The giant mouse lemur has the biggest testicles of all primates and if humans were the same size proportionally, they would be the size of grapefruits.

Scientists from the Bristol Zoological Society said the Mirza zaza – which weighs around 300g – published their findings in the American Journal of Physical Anthropology.

The northern giant mouse lemur was first discovered in 2005 and since then it has been listed as endangered on the IUCN Red List. It is at risk from forest clearance and "slash-and-burn" agricultural activities. Bristol Zoological Society is one of the founding partners of a conservation project set up to protect them.

The authors said testis size is an indicator of a species' mating system. It had been thought the northern mouse lemur had a polygynandrous mating system and seasonal breeding. Polygynadrous system involves having more than one mate.

In the study, researchers caught 12 giant mouse lemurs before and during their suggested mating period and took measurements of them – including testis size.

"We show M. zaza has the highest relative testis volume among primates, indicating strong sperm competition and polygynandrous mating," they wrote, adding that based on their assessment, they believe the species is one of the few lemurs that breeds all year round.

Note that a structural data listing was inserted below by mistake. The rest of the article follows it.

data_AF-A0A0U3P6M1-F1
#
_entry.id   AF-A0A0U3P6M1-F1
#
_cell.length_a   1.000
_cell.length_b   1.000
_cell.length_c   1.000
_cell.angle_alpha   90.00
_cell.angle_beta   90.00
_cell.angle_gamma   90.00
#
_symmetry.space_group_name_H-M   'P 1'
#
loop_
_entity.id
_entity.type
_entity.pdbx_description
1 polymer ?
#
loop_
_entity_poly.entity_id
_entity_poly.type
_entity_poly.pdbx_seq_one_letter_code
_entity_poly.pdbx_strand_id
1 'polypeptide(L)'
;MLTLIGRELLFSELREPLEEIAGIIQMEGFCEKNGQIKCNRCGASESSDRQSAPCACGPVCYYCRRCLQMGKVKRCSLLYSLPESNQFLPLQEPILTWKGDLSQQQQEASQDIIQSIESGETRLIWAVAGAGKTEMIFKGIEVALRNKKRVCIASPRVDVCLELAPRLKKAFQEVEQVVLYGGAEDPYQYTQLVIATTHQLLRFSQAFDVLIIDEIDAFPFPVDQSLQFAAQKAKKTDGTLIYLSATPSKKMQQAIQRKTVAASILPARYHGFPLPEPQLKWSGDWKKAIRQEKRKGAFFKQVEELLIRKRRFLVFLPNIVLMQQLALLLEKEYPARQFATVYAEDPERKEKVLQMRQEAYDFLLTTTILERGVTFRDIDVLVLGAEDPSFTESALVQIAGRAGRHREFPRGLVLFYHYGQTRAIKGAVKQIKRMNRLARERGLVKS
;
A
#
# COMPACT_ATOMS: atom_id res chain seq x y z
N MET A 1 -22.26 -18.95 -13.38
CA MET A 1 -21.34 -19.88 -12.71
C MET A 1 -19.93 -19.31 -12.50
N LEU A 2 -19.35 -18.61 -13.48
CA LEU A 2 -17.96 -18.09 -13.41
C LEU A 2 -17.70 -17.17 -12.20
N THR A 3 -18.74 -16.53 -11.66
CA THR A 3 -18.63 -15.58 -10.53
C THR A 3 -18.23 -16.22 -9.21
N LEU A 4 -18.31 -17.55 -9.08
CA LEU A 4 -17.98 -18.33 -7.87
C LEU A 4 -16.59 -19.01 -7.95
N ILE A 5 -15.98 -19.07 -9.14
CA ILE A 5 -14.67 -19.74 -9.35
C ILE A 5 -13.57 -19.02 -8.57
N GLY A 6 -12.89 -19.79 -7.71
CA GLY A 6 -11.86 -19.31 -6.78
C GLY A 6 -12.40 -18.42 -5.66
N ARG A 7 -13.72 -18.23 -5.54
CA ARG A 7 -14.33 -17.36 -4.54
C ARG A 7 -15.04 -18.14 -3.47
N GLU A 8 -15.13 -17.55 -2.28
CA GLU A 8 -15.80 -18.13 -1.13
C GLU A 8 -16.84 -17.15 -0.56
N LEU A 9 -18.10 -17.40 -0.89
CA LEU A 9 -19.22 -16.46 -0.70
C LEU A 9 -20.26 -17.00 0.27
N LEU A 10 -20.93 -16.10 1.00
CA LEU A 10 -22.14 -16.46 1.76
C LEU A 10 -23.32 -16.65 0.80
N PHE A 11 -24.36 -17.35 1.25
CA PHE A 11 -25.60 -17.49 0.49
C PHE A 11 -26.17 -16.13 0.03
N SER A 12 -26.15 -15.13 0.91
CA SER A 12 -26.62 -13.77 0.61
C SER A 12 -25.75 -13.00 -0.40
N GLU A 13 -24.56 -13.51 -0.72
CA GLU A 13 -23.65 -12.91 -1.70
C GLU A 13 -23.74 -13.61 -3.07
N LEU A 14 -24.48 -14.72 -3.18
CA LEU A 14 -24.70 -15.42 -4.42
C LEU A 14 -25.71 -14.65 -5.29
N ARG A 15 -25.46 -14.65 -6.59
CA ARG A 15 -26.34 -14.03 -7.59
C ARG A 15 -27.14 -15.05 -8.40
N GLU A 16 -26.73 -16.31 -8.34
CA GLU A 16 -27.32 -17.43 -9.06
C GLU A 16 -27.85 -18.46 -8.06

Christoph Schwitzer, director of Conservation at Bristol Zoological Society, told the Western Daily Press: "These findings are part of the first ever longer-term study on the northern giant mouse lemur, a species only known to science since 2005.

"Most lemurs are highly threatened with extinction, and our research aims to acquire the knowledge necessary to mitigate for the threats they are facing. Finding this species' enormous testis size was pretty much a side-product of our research and surprised us as much as anybody else".

Study author Johanna Rode-Margono added: "My first thought was my God, how can they walk and climb without bumping their testes everywhere. We always found it odd that they are called 'giant' mouse lemurs when they belong to the family of the dwarf and mouse lemurs. But now we can say that we now know why - giant was not referring to their body size."